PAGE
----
Another study, published in the Orthopaedic Journal of Sports Medicine in November 2016, looked at yoga injuries that sent people to the doctor between 2001 and 2014, and discovered that sprains and strains to the chest, back, shoulders, and abdomen were the most common (and the cause of 46.6 percent of yoga injuries).

According to Krucoff, doing too much of one type of yoga can aggravate existing injuries or cause new ones.

Overdoing hot yoga, which is typically practiced in rooms heated to 90 to 105 degrees Fahrenheit, can result in dizziness, nausea, or fogginess caused by dehydration or an electrolyte imbalance, according to Bar.

“One of the advantages of hot yoga is that your muscles warm up faster, but one of the disadvantages is that you never know if you’ve pulled something or injured a ligament when you’re in a hot class.” Ligaments, unlike muscles and tendons, are not designed to stretch,” she explains.

Expert Advice on Maintaining a Healthy Yoga Practice

Balance, according to all three experts, is the key to a healthy and happy yoga practice. Here’s what the experts recommend to avoid overdoing it (or to get back on track if you’re pushing yourself too hard with yoga).

Try a quick practice session. Bell suggests dedicating short sessions of 15 or 20 minutes to your practice. “Even if you do this every day or only take one or two days off per week, the risk of overuse from postures is relatively low,” he says. It’s also a great way for beginners to get started, he says.

Pay attention to your body. Check to see if you’re ignoring very clear signals from your body, advises Bell. “You should come out of the pose for a few moments if you feel like you’re really straining, your muscles are shaking dramatically, or you can’t maintain good alignment.” “You can always get back into the pose if [the class] holds it a little longer,” he says.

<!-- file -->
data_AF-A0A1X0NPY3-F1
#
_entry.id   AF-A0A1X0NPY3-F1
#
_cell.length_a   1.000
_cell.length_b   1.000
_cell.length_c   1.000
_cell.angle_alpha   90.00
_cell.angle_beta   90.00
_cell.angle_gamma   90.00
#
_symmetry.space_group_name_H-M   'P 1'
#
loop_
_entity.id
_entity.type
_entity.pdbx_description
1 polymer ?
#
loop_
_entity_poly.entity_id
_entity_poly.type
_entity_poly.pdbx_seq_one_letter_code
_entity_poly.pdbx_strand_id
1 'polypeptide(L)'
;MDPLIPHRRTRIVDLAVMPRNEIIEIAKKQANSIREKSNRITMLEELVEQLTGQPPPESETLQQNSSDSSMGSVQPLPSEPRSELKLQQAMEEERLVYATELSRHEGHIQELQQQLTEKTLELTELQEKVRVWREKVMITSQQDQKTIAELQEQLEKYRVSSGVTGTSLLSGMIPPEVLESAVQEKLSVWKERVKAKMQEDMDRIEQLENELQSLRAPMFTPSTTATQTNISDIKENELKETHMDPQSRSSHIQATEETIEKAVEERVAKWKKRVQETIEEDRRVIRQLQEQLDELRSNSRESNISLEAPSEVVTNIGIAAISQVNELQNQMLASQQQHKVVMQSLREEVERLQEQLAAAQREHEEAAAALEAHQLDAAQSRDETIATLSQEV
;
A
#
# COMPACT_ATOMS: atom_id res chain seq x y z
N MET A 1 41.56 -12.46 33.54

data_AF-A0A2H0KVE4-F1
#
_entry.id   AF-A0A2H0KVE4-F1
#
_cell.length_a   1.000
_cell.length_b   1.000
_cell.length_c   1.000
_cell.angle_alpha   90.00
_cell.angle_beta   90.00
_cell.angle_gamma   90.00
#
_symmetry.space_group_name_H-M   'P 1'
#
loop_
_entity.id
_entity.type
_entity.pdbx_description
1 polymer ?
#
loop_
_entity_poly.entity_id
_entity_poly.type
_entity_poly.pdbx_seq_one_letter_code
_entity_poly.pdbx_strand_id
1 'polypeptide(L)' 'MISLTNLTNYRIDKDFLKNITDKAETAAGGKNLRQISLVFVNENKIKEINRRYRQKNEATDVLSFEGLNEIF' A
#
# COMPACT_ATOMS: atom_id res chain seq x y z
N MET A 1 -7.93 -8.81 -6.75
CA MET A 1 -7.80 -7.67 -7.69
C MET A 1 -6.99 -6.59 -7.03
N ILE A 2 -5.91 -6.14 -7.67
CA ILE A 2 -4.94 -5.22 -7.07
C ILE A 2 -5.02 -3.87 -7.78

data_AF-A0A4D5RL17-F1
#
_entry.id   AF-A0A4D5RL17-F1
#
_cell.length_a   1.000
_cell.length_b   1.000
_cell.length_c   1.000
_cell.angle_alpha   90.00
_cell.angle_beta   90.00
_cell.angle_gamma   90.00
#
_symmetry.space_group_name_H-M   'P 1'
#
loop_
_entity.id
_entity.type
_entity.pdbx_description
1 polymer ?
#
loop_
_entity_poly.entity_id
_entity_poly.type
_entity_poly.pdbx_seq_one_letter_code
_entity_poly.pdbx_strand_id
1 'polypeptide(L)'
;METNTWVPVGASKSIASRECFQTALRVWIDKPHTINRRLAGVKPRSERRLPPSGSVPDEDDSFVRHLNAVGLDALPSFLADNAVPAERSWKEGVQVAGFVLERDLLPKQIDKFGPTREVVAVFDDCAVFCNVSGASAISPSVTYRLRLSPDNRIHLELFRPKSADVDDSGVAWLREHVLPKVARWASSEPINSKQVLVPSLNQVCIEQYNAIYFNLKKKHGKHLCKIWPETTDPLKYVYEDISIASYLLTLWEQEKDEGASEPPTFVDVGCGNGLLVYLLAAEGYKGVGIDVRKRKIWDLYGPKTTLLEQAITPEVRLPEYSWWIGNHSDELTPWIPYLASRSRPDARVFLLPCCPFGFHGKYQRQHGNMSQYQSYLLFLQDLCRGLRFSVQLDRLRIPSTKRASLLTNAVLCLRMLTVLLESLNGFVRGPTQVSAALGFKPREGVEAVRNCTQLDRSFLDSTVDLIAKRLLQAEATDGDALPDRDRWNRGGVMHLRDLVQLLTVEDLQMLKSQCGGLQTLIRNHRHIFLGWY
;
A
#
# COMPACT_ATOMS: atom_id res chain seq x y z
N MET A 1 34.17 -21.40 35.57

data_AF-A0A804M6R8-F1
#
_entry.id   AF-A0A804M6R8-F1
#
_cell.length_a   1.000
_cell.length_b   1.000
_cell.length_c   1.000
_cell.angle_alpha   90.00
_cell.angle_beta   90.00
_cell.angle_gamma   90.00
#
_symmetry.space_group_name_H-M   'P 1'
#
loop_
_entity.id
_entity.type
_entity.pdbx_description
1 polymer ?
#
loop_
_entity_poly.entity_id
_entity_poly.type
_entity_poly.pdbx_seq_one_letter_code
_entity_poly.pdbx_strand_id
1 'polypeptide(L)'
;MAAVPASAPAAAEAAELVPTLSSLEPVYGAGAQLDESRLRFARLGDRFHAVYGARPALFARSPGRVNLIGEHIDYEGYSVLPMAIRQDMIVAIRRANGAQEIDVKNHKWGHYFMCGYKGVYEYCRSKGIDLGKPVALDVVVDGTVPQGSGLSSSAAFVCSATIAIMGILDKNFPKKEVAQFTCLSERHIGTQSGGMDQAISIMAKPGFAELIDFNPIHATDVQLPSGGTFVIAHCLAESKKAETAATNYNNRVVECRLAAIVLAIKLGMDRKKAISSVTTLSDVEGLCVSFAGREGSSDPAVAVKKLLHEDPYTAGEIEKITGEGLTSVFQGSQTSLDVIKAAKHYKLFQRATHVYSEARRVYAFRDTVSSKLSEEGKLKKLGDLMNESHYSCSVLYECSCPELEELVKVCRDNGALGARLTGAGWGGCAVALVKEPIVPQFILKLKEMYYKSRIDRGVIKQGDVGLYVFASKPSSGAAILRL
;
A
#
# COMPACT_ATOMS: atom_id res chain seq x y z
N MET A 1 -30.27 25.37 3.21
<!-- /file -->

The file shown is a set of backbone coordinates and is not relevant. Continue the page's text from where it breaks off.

Investigate less physically demanding forms of yoga. If you frequently practice power or hot yoga, Bar recommends trying a restorative or yin yoga class, in which you will hold poses for longer periods of time. “Some of the class names can be a little elaborate,” she says, “so you may want to inquire with the studio or the teacher if you’re not sure what the class will entail.”

Take days off if you practice a physically demanding form of yoga. “If your practice is geared toward a specific goal, such as increasing strength or flexibility, consider taking a day off in between classes,” says Bell. He claims that by giving your muscles some time to repair, you can actually gain strength.

Begin to investigate yoga philosophies. According to Bell, delving into some of the underlying philosophies, such as nonviolence, could be enlightening. There’s more to the practice than just physically pushing yourself, and exploring those other areas can help you avoid overdoing it. “Try to be more generous and gentle with yourself,” he advises.

Consider hiring a yoga therapist for a private or small group session. They can help you make adjustments and guide you through the process of starting a practice and increasing the intensity safely. With a proper prescription for rehabilitation from your doctor, you may even be able to get yoga therapy billed through your physical therapist.